London

COVID-19 outbreak at EMDC spreads to inmates with 32 people now infected

An outbreak of COVID-19 at London's provincial jail has now spread to inmates and more staffers, raising doubts about how the spread of the virus can be stopped in the overcrowded institution.

The outbreak started when one staff member tested positive on Jan. 14

The Middlesex London Health Unit first declared an outbreak at EMDC on Jan. 18, after four employees tested positive for the coronavirus. As of Wednesday morning, 19 inmates and 13 staff members had tested positive for the illness. (Colin Butler/CBC News)

An outbreak of COVID-19 at London's provincial jail has spread from staff to inmates and is growing, raising doubts about how the spread of the virus can be stopped in the overcrowded institution.

As of Wednesday morning, 19 inmates and 13 staff members had tested positive for the virus at the Elgin Middlesex Detention Centre (EMDC). Two staff members tested positive today.  

"My clients are people who are relying on this institution to ensure that their best interests are taken care of, and given how those numbers have progressed over the last two weeks, I don't know that this institute is capable of doing that," said Chris Uwagboe, a criminal defence lawyer in London.

The Middlesex London Health Unit first declared an outbreak at EMDC on Jan. 18, after four employees tested positive for the coronavirus. At that time, no inmates had tested positive. 

The first case was reported on Jan. 14, followed by three more cases on Jan. 16. 

Containing the spread of a viral outbreak is difficult because the jail is over-crowded. It was originally built to house 150 inmates. As of Wednesday, there were 319 inmates in custody there, a spokesperson for the Solicitor General's office told CBC News. 

Worried parents, inmates

Family members, lawyers, and inmates all seem to be in the dark about how many people at the jail are infected with COVID-19, said Uwagboe and lawyer Kevin Egan, who represents in a class action suit on behalf of inmates at the jail. 

Criminal defense lawyer Chris Uwagboe says his clients are worried about the spread of COVID-19 within the Elgin Middlesex Detention Centre. (Paula Duhatschek/CBC)

"This is a vulnerable population in there, they are drug addicted, they have mental health and other health issues. They're basically living cheek by jowl, you don't have a choice who your roommate is, you're living in a cell with a stranger who may or may not have a communicable disease.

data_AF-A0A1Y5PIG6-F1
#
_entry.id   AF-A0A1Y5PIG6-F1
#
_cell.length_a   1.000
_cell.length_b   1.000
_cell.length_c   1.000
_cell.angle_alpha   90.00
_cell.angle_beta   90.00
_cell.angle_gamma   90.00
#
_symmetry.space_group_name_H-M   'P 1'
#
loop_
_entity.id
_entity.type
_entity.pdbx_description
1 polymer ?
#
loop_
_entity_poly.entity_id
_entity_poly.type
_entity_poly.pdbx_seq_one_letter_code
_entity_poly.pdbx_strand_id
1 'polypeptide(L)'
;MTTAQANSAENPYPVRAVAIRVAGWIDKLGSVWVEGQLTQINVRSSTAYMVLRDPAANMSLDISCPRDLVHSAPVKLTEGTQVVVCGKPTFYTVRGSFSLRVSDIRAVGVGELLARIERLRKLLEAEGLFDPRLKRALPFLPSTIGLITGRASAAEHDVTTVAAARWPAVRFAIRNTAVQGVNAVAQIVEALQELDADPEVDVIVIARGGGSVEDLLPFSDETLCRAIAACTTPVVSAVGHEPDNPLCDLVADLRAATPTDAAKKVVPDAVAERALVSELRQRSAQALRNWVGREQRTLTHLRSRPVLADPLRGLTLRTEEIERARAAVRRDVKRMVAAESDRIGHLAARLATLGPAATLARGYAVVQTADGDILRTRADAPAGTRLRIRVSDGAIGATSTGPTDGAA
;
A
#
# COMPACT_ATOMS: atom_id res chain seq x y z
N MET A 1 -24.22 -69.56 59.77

"It's a dangerous situation at the best of times, but in a pandemic, it's basically a petri dish and it's ripe for this kind of spread." 

Inmates isolated for 2 weeks

All newly admitted inmates are tested for COVID-19 if they consent to the test, and all new inmates are separated from the general jail population for two weeks, a spokesperson for the Solicitor General said in a statement. Those who test positive are given personal protective equipment and are isolated from other inmates while receiving medical care. 

Masks are provided to inmates "if required," and all staff and visitors must wear masks. There are also temperature tests for staff and visitors, and increased cleaning measures, the ministry said. 

All inmates are also tested at the 10-day mark of their incarceration. More than 19,000 COVID-19 tests have been administered to inmates, according to the province. 

The outbreak will be difficult to contain because of the living conditions within the jail, said Medical Officer of Health Chris Mackie. 

"They have, at the best of times, an overburdened health care staff, so we're working to try to help them," he said. 

Because the first cases were reported among staff, it's likely they brought the infections into the facility, but an inmate bringing the virus in also can't be ruled out, he said. 

Bail less likely

At the beginning of the pandemic, defence and Crown attorneys made an effort to keep as many people as they could out of the jail, and to release those who could serve their sentences in the community. Those practices, Uwagboe said, have waned.

"My sense is that the resistance to incarceration that existed at the beginning of the pandemic, where they were trying to essentially get people out of there, there seems to have been some fatigue with respect to that," he said. 

Loved ones of inmates are also worried, said Egan. 

Kevin Egan is a London, Ont. lawyer with McKenzie-Lake who is currently embroiled in a $325 million class action lawsuit against the province on behalf of former inmates alleging mistreatment while being held at EMDC. (Colin Butler/CBC News)

"I'm hearing from mothers who are wringing their hands, worried about their child, worried that their son or daughter that's in there will be potentially exposed to a deadly virus and there's very little they can do about it," he said. 

No vaccines yet

"I know that now people are being held in pre-trial custody far more than they were at the beginning of the pandemic. Pre-trial detention should not be the norm, and a lot of higher courts are saying that," Uwagboe said.  

Uwagobe said his clients have always worried about going to EMDC because of the violence and overcrowding there, but now are also worried about the deadly virus, and their chances of getting someone to vouch for them if they get bail. 

"We need to really consider what the bail plans are for people. Should we be sending an individual into an institution out of an abundance of caution, where there is a deadly pandemic disease raging through the numbers of that institution?"

Jail inmates won't get vaccinated until at least the second phase of the vaccine rollout, the Solicitor General's office said. That's when people living in congregate settings are set to get the vaccine. 

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